What it really means to be a mother is something you can't comprehend at that age, until you give birth yourself. And then you are in shock. The question was in the air in Britain in the s and, according to many commentators, the answer was: not very much. It wasn't art that had made the great industrial towns, laid the railways, dug the canals, expanded the empire and made Britain pre-eminent among nations.
Indeed, art seemed capable of sapping the very qualities that had made these achievements possible; prolonged contact with it risked encouraging effeminacy, introspection, homosexuality, gout and defeatism. In , John Bright, MP for Birmingham, described cultured people as a pretentious cabal whose only claim to distinction was 'a smattering of the two dead languages of Greek and Latin'.
The Oxford academic Frederic Harrison held an equally caustic view of the benefits of prolonged communion with literature, history or painting. For simple pedantry and want of good sense no man is his equal. No assumption is too unreal, no end is too unpractical for him. He had the impudence to keep hinting, in a variety of newspaper articles, that art might be one of the most important pursuits of life. This in an age when for the first time one could travel from London to Birmingham in a single morning and Britain had earned itself the title of workshop of the world.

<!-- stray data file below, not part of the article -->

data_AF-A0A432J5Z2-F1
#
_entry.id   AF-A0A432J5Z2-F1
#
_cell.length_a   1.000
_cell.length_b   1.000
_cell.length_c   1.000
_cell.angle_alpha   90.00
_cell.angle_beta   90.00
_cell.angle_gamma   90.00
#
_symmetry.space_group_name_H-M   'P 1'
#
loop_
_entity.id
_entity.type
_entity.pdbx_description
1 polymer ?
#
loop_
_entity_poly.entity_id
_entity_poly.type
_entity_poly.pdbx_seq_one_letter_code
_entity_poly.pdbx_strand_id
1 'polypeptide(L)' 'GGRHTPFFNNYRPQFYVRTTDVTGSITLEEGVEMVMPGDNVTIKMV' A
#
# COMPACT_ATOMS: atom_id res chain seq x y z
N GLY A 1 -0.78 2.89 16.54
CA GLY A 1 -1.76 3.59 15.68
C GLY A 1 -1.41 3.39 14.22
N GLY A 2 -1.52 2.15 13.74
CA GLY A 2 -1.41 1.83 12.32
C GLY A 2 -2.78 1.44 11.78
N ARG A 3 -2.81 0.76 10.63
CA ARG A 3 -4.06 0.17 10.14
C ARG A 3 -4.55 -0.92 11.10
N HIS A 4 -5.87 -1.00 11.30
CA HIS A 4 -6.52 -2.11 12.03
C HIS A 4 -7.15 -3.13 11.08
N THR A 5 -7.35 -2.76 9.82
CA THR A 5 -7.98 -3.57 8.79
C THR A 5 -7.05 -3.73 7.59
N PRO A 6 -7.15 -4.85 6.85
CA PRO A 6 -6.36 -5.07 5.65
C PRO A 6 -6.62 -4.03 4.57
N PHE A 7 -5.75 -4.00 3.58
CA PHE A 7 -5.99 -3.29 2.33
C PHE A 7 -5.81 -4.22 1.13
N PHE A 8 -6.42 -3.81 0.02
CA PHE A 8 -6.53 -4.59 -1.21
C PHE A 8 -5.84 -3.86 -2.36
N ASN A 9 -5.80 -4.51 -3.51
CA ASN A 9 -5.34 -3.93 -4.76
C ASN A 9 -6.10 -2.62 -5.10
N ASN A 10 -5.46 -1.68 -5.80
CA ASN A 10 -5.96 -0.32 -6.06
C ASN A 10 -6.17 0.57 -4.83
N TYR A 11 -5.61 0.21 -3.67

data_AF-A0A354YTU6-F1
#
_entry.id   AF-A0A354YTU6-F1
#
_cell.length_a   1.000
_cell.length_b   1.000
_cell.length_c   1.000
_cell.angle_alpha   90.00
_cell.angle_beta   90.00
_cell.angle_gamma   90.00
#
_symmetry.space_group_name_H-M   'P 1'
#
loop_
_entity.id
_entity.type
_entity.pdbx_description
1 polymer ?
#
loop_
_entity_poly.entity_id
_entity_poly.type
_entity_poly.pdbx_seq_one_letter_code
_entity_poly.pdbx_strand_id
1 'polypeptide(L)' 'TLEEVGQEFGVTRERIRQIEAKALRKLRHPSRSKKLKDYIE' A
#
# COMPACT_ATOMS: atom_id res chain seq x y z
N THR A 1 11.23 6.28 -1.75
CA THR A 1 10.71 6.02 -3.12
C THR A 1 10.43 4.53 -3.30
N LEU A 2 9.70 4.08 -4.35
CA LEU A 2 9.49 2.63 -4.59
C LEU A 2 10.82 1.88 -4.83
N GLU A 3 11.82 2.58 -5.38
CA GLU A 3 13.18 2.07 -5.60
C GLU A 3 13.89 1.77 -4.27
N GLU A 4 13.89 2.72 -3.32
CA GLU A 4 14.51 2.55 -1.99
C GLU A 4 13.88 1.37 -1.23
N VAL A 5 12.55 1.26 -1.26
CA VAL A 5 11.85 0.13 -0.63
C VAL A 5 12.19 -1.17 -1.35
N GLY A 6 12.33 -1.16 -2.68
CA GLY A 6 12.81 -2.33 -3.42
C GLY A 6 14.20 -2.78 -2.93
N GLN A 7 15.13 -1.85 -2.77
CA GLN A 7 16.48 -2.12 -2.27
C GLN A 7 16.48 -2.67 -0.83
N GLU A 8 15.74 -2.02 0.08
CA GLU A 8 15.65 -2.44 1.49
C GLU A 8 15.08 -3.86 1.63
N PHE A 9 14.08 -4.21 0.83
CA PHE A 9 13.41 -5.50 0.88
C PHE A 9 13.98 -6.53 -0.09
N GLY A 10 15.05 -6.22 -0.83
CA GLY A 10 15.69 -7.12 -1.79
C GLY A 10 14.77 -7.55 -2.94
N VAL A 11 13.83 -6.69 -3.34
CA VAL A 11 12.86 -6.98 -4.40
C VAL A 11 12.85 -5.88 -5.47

The Daily Telegraph, stout upholder of industry and monarchy, mockingly accused him of trying to lure the hard-working, sensible people of the land 'to leave their shops and duties behind them in order to recite songs, sing ballads and read essays'. Arnold accepted the ribbing with good grace until, in , he was goaded into writing a systematic, book-length defence of what he believed art was for and why exactly it had such an important function to play in life - even for a generation that had witnessed the invention of the foldaway umbrella and the steam engine.
Arnold's Culture and Anarchy began by acknowledging some of the charges laid at art's door. In the eyes of many, it was nothing more, than 'a scented salve for human miseries, a religion breathing a spirit of cultivated inaction. It is often summed up as being not practical or - as some critics more familiarly put it - all moonshine'. All great artists are, said Arnold, imbued with 'the aspiration to leave the world better and happier than they find it'.
They may not always embody such an aspiration in an overtly political message, they may not even be conscious of such an aspiration, and yet, within their work, there will almost always be a protest against the state of things and so an effort to correct our insights or to educate us to perceive beauty, to help us understand pain or to reignite our sensitivities, to nurture our capacity for empathy or to rebalance our moral perspective through sadness or laughter.
Arnold concluded his argument with a pronouncement upon which this chapter is built. Art, said Arnold, is 'the criticism of life'. Translation - German Wozu ist Kunst eigentlich gut? Aufgrund seiner Pedanterie und seinem Mangel an gesundem Verstand ist ihm kein anderer gleich. Keine Vermutung ist ihm zu absurd, kein Zweck ist ihm zu abwegig. Kunst, sagte Arnold, sei "die Kritik am Leben". Keywords: german, english, computers, technology, software, localization, vo recording, dubbing, TV, film.